Design Week: What was the initial idea behind releasing a typeface for Dubai?
Nadine Chahine: The Executive Council of Dubai approached Monotype to design a custom typeface with both Arabic and Latin components, which would match with each other. The brief they gave us emphasised that the typeface needed to be used in text settings and be highly legibile.
I was the lead designer on the project. When I first flew out to Dubai I was told about an extremely confidential aspect of the project, which was that the font would ship with Microsoft Office and the fonts would also be made free for distribution for the general public.
DW: What appealed to you about the project?
NC: This was quite special for Monotype because normally brands come to us to design custom typefaces for them, but they are the only ones who end up using them. We see big brands like Google, Apple and Microsoft investing heavily in high quality typography but on a government level this is very new.
In this case the fonts came through Office 365 and it means that 100 million people have the font in their menu. I met up with Microsoft during the process, and we talked about what design styles were missing from the font offering on Office, how the new font would compare to other Arabic typefaces and how we could bring more to the Latin offering as well.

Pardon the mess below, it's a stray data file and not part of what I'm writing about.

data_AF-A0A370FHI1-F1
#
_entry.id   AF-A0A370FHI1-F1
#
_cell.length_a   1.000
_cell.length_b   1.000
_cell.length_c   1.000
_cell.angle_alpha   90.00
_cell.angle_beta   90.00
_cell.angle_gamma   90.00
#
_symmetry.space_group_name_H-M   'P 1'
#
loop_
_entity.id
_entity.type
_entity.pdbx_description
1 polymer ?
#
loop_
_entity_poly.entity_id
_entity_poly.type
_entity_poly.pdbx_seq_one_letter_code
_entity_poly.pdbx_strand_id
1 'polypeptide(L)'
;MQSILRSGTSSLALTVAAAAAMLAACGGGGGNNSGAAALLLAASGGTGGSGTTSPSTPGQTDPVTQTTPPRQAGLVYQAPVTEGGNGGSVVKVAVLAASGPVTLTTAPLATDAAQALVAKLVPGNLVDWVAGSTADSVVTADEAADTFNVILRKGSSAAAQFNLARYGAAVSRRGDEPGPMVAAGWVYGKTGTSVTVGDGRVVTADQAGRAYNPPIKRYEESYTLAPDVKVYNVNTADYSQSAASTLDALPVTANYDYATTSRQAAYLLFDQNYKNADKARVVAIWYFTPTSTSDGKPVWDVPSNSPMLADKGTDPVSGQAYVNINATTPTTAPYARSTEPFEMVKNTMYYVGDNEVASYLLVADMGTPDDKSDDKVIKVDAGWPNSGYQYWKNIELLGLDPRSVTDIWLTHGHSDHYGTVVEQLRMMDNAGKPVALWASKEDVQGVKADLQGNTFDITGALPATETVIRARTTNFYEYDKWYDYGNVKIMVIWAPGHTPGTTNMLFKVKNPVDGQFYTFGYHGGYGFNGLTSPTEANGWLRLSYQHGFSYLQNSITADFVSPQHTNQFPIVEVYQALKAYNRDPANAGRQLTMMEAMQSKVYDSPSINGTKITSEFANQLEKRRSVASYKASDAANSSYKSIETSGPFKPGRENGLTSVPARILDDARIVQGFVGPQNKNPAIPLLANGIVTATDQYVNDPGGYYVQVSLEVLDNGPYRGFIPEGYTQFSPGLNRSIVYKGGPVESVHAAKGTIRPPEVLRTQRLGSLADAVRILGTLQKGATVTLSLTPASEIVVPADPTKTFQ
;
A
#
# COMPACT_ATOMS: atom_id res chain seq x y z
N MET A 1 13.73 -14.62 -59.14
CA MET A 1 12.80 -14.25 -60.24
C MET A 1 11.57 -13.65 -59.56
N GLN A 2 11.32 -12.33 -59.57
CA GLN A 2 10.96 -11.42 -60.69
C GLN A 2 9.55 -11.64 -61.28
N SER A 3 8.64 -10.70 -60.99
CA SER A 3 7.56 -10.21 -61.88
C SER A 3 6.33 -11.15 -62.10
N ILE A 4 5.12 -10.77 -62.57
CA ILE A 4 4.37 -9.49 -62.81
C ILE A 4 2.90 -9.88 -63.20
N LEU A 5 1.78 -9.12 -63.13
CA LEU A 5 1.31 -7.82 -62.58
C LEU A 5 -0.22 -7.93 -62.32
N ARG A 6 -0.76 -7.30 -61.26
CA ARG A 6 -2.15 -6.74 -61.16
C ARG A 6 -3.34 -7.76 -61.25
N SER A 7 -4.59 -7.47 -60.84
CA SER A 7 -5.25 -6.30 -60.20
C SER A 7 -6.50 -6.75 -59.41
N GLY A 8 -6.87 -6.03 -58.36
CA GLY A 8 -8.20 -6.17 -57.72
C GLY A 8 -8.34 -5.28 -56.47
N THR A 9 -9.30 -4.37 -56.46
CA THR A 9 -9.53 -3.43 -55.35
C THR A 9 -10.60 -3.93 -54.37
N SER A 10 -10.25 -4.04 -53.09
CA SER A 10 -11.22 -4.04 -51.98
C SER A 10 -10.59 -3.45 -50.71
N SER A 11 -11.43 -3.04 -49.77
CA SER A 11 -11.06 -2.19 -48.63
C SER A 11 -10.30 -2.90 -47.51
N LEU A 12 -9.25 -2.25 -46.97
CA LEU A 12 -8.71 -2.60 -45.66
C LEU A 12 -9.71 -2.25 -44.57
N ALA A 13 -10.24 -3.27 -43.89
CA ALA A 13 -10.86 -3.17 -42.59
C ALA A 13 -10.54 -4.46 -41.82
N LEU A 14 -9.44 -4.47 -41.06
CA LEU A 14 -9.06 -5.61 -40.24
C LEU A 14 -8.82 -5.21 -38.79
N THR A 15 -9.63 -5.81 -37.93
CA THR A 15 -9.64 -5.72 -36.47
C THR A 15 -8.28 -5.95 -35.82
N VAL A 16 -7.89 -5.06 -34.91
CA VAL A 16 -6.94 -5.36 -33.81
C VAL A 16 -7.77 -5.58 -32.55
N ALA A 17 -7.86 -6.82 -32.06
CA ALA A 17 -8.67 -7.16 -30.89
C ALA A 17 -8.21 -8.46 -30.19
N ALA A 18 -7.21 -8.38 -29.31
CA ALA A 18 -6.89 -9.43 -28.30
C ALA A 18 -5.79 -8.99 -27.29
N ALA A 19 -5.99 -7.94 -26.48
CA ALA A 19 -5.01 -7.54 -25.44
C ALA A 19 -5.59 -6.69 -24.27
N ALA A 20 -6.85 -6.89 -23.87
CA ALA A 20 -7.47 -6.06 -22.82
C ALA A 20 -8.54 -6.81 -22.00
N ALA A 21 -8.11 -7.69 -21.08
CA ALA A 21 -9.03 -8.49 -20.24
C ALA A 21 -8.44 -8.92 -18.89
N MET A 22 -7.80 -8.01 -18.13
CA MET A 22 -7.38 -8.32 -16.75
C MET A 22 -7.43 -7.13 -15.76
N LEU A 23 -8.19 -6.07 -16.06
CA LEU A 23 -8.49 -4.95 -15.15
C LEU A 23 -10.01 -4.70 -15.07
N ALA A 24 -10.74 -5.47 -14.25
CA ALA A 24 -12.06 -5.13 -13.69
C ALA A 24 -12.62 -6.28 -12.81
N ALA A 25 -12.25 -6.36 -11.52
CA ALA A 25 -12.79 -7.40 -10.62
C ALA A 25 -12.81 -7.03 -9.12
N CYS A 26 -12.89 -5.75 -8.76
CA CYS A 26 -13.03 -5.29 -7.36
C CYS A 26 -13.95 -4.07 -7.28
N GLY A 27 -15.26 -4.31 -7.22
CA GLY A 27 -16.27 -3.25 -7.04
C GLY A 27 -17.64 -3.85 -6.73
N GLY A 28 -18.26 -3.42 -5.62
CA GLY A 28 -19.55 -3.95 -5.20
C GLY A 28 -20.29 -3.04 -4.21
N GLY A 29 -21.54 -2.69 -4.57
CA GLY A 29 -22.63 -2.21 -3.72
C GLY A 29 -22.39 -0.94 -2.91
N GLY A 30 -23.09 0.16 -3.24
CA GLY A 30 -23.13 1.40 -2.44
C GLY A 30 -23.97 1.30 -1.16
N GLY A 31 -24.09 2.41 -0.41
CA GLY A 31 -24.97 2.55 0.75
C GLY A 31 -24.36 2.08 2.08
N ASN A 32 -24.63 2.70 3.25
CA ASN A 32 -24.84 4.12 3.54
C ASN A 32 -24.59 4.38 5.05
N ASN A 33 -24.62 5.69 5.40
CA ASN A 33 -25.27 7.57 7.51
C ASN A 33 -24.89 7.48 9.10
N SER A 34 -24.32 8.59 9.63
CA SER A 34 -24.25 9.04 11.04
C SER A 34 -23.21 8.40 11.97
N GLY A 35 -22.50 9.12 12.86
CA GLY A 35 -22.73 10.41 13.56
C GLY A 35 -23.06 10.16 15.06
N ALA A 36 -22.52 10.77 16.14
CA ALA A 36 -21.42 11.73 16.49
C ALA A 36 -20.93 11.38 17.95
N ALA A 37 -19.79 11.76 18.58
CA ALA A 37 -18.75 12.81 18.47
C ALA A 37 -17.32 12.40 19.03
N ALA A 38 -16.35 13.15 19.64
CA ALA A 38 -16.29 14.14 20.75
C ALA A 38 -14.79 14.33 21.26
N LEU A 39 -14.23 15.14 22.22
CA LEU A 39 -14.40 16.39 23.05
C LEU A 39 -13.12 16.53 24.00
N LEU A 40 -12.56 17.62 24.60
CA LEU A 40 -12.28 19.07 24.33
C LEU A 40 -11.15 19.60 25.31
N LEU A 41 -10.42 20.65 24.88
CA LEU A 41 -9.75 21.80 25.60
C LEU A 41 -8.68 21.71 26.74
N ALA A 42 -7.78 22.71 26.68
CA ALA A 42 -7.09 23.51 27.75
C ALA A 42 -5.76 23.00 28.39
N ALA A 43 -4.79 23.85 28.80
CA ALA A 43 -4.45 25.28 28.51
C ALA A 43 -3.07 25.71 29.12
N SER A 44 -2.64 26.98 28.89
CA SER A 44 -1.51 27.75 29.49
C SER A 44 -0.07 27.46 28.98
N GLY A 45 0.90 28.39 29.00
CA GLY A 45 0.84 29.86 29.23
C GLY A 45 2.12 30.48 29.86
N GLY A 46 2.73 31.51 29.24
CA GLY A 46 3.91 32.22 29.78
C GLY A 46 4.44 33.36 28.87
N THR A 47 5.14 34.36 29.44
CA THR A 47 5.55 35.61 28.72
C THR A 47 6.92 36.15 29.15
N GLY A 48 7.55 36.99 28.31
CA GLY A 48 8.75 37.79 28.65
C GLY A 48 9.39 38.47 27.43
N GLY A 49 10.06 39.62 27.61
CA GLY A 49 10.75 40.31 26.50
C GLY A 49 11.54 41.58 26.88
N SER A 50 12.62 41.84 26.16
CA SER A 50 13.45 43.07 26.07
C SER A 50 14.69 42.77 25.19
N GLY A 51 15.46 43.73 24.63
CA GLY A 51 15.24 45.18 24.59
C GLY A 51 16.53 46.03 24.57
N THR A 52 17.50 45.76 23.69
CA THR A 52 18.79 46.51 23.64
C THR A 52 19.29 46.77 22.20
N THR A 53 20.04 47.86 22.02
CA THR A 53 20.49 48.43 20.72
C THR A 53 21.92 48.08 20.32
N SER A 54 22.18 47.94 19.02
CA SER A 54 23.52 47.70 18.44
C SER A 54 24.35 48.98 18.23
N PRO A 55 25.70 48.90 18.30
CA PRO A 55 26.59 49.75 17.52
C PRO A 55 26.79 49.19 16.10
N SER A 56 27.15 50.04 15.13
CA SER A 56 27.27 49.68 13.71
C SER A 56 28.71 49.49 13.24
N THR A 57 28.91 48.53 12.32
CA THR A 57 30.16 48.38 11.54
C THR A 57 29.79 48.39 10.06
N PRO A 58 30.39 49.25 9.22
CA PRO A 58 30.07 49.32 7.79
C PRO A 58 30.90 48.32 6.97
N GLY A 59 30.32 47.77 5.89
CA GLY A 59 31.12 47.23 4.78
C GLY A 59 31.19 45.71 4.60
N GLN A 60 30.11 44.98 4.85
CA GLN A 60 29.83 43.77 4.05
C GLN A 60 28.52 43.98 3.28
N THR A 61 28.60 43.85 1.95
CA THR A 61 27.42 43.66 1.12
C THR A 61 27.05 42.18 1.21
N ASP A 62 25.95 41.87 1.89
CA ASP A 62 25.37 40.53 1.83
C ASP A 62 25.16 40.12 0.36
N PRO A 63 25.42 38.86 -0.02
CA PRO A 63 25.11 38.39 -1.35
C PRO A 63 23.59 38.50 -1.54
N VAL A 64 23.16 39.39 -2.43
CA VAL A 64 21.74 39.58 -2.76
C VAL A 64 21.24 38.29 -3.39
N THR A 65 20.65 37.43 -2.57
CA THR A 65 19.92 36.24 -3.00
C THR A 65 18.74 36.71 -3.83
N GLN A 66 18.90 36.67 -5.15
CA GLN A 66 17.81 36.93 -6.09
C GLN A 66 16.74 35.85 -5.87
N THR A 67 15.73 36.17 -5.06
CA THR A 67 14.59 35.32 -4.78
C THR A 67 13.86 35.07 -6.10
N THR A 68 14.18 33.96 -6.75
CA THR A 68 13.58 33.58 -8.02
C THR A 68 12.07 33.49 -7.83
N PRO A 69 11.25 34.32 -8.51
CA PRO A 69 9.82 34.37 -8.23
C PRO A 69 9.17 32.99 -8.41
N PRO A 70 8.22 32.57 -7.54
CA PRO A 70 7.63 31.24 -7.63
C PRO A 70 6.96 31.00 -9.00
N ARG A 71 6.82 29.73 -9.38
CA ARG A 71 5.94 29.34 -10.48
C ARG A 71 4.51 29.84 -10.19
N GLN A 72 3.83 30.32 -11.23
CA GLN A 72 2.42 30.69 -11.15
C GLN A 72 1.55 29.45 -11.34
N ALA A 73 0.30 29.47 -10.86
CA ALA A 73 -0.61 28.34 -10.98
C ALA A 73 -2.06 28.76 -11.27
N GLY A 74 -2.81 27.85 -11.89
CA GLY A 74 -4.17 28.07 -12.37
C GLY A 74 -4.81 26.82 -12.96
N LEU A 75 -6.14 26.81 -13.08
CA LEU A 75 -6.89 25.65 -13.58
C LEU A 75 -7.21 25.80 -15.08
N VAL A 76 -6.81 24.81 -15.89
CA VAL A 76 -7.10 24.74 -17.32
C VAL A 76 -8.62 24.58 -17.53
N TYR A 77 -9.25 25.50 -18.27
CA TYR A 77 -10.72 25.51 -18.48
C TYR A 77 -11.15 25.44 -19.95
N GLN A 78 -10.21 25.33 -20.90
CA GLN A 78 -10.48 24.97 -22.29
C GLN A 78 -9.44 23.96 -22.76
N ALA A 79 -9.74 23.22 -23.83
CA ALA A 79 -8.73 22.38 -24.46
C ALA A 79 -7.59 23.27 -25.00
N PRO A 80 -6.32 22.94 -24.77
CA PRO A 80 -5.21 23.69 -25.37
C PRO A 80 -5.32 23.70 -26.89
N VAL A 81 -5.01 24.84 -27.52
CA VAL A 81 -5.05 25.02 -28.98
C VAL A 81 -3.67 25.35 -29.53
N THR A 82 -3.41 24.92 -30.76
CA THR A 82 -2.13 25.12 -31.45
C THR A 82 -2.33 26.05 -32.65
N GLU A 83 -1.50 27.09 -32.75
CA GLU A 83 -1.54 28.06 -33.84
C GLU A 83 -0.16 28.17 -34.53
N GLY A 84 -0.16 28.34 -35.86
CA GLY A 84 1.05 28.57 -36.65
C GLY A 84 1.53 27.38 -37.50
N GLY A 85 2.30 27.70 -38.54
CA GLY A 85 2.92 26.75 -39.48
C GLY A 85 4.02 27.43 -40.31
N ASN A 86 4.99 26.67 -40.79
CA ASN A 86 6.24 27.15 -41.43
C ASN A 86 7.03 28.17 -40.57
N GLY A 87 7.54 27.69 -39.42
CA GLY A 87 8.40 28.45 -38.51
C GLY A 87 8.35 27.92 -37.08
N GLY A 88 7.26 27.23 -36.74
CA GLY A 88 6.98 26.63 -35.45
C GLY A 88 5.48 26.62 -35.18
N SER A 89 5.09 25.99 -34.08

DW: What is the significance of the Arabic and Latin versions of the font being designed at the same time?
NC: This was a very crucial aspect of the design, and it is the first font within Microsoft Office’s offering that has been designed in both Latin and Arabic at the same time. Most of the Arabic fonts that currently exist within Microsoft Office have been designed as standalone typefaces and Latin has been added as a companion, or vice versa. That puts some limitations and what you can do with the design.